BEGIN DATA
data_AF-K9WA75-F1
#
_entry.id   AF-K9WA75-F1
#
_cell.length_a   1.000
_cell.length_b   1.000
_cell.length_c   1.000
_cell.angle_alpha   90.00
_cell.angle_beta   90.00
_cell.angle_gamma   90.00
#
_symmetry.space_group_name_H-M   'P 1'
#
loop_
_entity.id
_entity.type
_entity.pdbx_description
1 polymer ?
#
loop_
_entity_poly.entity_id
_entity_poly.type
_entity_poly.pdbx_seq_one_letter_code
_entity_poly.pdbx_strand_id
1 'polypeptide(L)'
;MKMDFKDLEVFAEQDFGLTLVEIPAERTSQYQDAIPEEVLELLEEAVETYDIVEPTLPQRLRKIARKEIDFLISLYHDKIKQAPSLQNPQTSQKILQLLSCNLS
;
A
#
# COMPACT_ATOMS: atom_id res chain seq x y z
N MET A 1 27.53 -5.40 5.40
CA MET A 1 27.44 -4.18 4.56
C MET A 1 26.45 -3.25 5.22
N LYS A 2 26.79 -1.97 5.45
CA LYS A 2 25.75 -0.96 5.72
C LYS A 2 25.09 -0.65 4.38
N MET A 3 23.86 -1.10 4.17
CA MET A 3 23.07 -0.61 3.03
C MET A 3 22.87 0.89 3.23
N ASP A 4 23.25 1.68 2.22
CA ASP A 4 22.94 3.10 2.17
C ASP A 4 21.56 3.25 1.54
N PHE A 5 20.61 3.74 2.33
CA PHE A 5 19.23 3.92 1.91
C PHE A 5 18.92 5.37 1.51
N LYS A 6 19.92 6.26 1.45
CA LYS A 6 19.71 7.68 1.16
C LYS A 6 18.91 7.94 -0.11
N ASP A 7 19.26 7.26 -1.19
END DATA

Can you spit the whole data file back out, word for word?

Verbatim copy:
data_AF-K9WA75-F1
#
_entry.id   AF-K9WA75-F1
#
_cell.length_a   1.000
_cell.length_b   1.000
_cell.length_c   1.000
_cell.angle_alpha   90.00
_cell.angle_beta   90.00
_cell.angle_gamma   90.00
#
_symmetry.space_group_name_H-M   'P 1'
#
loop_
_entity.id
_entity.type
_entity.pdbx_description
1 polymer ?
#
loop_
_entity_poly.entity_id
_entity_poly.type
_entity_poly.pdbx_seq_one_letter_code
_entity_poly.pdbx_strand_id
1 'polypeptide(L)'
;MKMDFKDLEVFAEQDFGLTLVEIPAERTSQYQDAIPEEVLELLEEAVETYDIVEPTLPQRLRKIARKEIDFLISLYHDKIKQAPSLQNPQTSQKILQLLSCNLS
;
A
#
# COMPACT_ATOMS: atom_id res chain seq x y z
N MET A 1 27.53 -5.40 5.40
CA MET A 1 27.44 -4.18 4.56
C MET A 1 26.45 -3.25 5.22
N LYS A 2 26.79 -1.97 5.45
CA LYS A 2 25.75 -0.96 5.72
C LYS A 2 25.09 -0.65 4.38
N MET A 3 23.86 -1.10 4.17
CA MET A 3 23.07 -0.61 3.03
C MET A 3 22.87 0.89 3.23
N ASP A 4 23.25 1.68 2.22
CA ASP A 4 22.94 3.10 2.17
C ASP A 4 21.56 3.25 1.54
N PHE A 5 20.61 3.74 2.33
CA PHE A 5 19.23 3.92 1.91
C PHE A 5 18.92 5.37 1.51
N LYS A 6 19.92 6.26 1.45
CA LYS A 6 19.71 7.68 1.16
C LYS A 6 18.91 7.94 -0.11
N ASP A 7 19.26 7.26 -1.19